At first blush, Giuliani seems like a rather odd choice for the position of America’s Chief Diplomat. He has no professional experience in the area, for example, and other than providing opinions on foreign policy on Fox News Channel and elsewhere, hasn’t really expressed much outward interest in the area in the past. Based on his resume as an attorney in private practice and as U.S. Attorney in New York City, of course, one would have assumed that Giuliani would be among the top picks for Attorney General, and in the days after the election is name was immediately put at the top of the list for that position. Giuliani himself seemed to admit as much in comments immediately after the nomination, which only served to further fuel speculation that he would be selected as the nation’s top law enforcement officer. Despite the fact that his open disdain for civil liberties, one would think that Giuliani would be a better pick for that position than Secretary of State. However, in recent days Giuliani himself, who is close to Trump and the people in charge of the transition has said that he won’t be Attorney General and the speculation has shifted to him being in another position in the Cabinet. In that regard, the next most logical position for Giuliani would seem to be Secretary of the Department of Homeland Security, a position that could arguably benefit from Giuliani’s anti-terror experience, but that’s apparently too low down the totem pole for Giuliani, who has apparently been lobbying for his consideration as Secretary of State and may have been responsible for leaking the news that he and John Bolton are among the top candidates to fill the top spot at Foggy Bottom.
Whether or not Giuliani’s ambition match’s Trump’s ultimate choice remains to be seen, of course, but in some sense he would be a better choice than the other name Trump is allegedly considering, former United Nations Ambassador John Bolton. Where Giuliani is something of an enigma when it comes to foreign policy, Bolton’s positions are far too clear, and the idea of him serving is America’s top diplomat should be troublesome to all Americans. Bolton has been described in the past as a ‘neo-conservative on steroids,’ and his foreign policy ideas have all to frequently seemed to default to aggression and military action rather than diplomacy throughout his career. He was advocating invasion of Iraq long before the Bush Administration took that step in 2003, and has spent the better part of the past fifteen years or so advocating for military action against Iran to stop that nation’s nuclear program, is seemingly second only to Israeli Prime Minister Benjamin Netanyahu in the frequency of his predictions that Iran was only ‘months’ away from developing a functional nuclear weapon, and has advocated ramp ups in military action in Iraq and Syria that would seemingly inevitably have to involve massive numbers of American ground troops in order to succeed. He supported expanded military action in Libya. And, during the Bush Administration, supported policies such as enhanced interrogation of terror suspects. Finally, Bolton opposes the nuclear agreement with Iran, which is problematic given the fact that he would be one of the primary people responsible for ensuring that the plan continues to work. Given all of that, it’s no surprise that Bolton was enthusiastically endorsed by the editors at National Review. Given all of this, one could arguably say that Giuliani’s inexperience would be far preferable to someone with Bolton’s record.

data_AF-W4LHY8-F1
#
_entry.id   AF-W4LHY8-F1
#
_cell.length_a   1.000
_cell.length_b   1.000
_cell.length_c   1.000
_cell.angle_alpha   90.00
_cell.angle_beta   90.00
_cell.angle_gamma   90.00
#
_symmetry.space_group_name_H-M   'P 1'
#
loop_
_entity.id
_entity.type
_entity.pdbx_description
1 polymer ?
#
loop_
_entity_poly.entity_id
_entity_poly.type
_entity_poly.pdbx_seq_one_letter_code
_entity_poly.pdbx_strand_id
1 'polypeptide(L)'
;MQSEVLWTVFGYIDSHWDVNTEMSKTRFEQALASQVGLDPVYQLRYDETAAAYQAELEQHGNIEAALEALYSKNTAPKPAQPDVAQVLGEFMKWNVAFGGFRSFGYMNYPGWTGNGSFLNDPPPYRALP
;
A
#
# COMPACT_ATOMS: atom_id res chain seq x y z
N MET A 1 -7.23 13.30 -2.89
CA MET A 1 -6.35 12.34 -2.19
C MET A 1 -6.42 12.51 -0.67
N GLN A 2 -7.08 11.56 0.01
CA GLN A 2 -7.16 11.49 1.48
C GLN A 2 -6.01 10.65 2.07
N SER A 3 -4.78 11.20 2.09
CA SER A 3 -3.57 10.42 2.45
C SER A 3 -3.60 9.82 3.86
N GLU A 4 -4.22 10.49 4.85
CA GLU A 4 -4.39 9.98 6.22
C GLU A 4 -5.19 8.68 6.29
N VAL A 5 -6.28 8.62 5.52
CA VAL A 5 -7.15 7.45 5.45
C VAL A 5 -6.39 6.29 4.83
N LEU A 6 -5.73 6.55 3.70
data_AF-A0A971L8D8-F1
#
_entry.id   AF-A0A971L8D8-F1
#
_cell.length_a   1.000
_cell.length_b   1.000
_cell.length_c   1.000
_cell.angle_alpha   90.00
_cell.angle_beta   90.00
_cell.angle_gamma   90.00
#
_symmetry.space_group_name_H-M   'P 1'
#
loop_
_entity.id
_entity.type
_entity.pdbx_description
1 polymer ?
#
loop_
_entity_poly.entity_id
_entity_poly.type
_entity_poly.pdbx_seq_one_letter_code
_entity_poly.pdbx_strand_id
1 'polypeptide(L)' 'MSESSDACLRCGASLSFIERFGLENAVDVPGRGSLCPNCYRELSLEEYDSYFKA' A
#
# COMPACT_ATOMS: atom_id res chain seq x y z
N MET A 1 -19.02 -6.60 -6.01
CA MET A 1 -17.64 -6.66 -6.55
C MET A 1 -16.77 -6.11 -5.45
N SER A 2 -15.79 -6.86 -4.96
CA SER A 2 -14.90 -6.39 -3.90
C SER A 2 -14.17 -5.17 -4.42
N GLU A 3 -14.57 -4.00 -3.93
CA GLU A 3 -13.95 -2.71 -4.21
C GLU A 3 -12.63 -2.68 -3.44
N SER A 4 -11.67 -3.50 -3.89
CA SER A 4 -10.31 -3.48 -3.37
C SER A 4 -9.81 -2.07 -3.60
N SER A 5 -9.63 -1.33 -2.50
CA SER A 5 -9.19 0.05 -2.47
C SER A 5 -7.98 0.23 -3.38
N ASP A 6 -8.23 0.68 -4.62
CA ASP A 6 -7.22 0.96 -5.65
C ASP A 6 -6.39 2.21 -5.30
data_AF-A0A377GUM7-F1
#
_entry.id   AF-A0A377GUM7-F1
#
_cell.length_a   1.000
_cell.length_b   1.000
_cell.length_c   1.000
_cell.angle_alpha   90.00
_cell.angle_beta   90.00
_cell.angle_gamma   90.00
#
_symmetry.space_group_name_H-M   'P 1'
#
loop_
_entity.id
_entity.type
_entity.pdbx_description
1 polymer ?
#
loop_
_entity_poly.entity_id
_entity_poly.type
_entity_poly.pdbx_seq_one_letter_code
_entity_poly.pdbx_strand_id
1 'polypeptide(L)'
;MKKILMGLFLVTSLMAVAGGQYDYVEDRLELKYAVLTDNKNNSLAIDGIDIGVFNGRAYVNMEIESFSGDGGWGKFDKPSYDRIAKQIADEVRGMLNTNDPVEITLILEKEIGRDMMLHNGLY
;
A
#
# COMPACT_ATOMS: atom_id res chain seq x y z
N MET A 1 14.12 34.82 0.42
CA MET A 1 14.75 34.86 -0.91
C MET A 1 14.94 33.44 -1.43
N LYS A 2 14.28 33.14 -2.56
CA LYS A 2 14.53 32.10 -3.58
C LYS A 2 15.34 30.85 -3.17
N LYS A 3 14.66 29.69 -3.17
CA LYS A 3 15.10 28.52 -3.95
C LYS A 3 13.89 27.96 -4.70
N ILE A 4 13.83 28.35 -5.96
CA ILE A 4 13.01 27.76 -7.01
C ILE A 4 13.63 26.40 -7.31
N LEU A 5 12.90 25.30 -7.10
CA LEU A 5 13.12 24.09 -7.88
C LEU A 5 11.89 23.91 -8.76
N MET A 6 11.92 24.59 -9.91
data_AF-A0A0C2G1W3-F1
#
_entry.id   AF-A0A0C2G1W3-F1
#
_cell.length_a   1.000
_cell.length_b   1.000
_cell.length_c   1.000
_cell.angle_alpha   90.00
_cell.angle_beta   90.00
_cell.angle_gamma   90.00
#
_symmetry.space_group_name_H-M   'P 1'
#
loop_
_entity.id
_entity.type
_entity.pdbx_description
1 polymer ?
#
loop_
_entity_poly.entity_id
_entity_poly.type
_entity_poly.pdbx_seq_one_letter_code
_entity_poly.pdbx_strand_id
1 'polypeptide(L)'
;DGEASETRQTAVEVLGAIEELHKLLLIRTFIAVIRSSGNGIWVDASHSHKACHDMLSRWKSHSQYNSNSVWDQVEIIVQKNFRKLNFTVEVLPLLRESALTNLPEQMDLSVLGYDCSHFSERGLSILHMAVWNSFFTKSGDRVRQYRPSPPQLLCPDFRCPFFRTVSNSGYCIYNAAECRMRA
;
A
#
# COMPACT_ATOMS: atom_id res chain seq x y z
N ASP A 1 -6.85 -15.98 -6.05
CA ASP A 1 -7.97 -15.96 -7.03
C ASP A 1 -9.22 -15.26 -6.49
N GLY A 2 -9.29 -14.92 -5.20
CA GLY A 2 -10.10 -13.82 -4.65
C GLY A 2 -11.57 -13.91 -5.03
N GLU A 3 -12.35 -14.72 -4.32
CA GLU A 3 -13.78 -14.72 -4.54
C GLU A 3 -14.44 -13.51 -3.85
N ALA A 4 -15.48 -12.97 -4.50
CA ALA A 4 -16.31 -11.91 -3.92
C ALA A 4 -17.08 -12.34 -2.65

There have been other names mentioned for Secretary of State, of course. In the immediate days after the election, former House Speaker and 2012 Presidential candidate Newt Gingrich emerged as a top contender for the position. However, Gingrich immediately sought to tamp down speculation on this idea and has suggested that if Giuliani wants to be Secretary of State he expects that he’d likely get the job. Also apparently being considered for the position is Tennesee Senator Bob Corker, head of the Senate Foreign Relations Committee. Because of this position, Corker would seem to be well-qualified for the position of Secretary of State and the fact that he generally lacks the bombastic radicalism of someone like John Bolton would arguably be a big plus in his favor. This is the future Trump Administration we’re talking about, though, and it appears that actual experience doesn’t matter as much as the question of how loyal someone is to Donald Trump. In that regard, Giuliani and Gingrich have been among Trump’s most enthusiastic supporters so one would expect it would be one of them. With Giuliani apparently having said he’s not interested, that leaves the bizarre choice of Rudy Giuliani for a position that he clearly doesn’t seem to prepared to fill.